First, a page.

With the release of Chrome 56 (estimated for release January 31, 2017), Chrome will be tagging website pages with forms as “not secure” if they don’t have a valid security certificate.
If you’re not sure if your forms are secured, look at the address bar while on your website. If the address is preceded by a green lock icon and the word “Secure”, your site is already secured. However, if you see an icon with a lower case i in a circle the site is not secured. A site that displays both the “Secure” and the i icon is partly secured.
With the new Chrome release, the i icon will be replaced with the words “Not Secure” and probably look something like the image below.
To increase awareness and visibility. Any web page that collects information from a user should be secured. Without a security certificate there is increased risk of a website, and the information it collects, being compromised. This makes it easier for users to see if it’s safe to give their information to a website.
In 2014, Google announced it would be giving priority to to SSL enabled websites. This could seriously impact the rankings of any sites that are not secured.
As hackers and other online bad guys get more creative in their antics, it becomes more important to secure your website. It will probably become mandatory to have a security certificate in the not too distant future.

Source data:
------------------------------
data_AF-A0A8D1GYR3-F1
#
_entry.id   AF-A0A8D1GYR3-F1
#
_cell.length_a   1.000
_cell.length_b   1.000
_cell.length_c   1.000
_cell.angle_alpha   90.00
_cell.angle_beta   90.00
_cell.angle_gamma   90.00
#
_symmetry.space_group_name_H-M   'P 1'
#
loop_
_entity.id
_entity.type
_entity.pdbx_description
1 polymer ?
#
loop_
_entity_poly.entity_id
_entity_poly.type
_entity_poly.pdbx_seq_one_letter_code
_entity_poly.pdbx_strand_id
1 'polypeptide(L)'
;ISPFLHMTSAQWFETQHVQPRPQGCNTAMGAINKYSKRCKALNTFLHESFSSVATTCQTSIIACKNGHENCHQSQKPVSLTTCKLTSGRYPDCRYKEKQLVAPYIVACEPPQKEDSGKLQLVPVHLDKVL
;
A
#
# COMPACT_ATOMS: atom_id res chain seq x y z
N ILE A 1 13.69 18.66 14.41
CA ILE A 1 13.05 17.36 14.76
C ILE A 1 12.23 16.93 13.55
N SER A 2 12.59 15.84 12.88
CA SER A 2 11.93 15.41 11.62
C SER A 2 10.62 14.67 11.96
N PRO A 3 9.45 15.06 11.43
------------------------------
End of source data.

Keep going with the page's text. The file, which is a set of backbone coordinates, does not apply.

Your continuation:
The “Not Secure” message is going to scare a lot of users. For your, and your users, piece of mind, you should seriously consider getting a security certificate.
According to Motherboard, and confirmed by LinkedIn, the data was stolen during a hack in 2012.
A hacker going by the handle “Peace” announced that the data has been posted for sale on the dark web. The database contains approximately 167 million accounts, 177 million of those contain both emails and passwords.
Everyone should be changing their passwords on a regular basis but not everyone does. If you haven’t changed your LinkedIn password since 2012 you’ll want to do it now.
If even if you’ve changed your LinkedIn password you may not be off the hook.
If you use the same combination of email and password as you did on LinkedIn in 2012 on any other websites you should change those as well. Hackers are very aware that many people have a habit of reusing the same login information over many websites so those website accounts could be at risk.
Good web security practice is to change all your passwords every 6 months.
How to change your LinkedIn Password
(You can see the date your password was last changed there as well)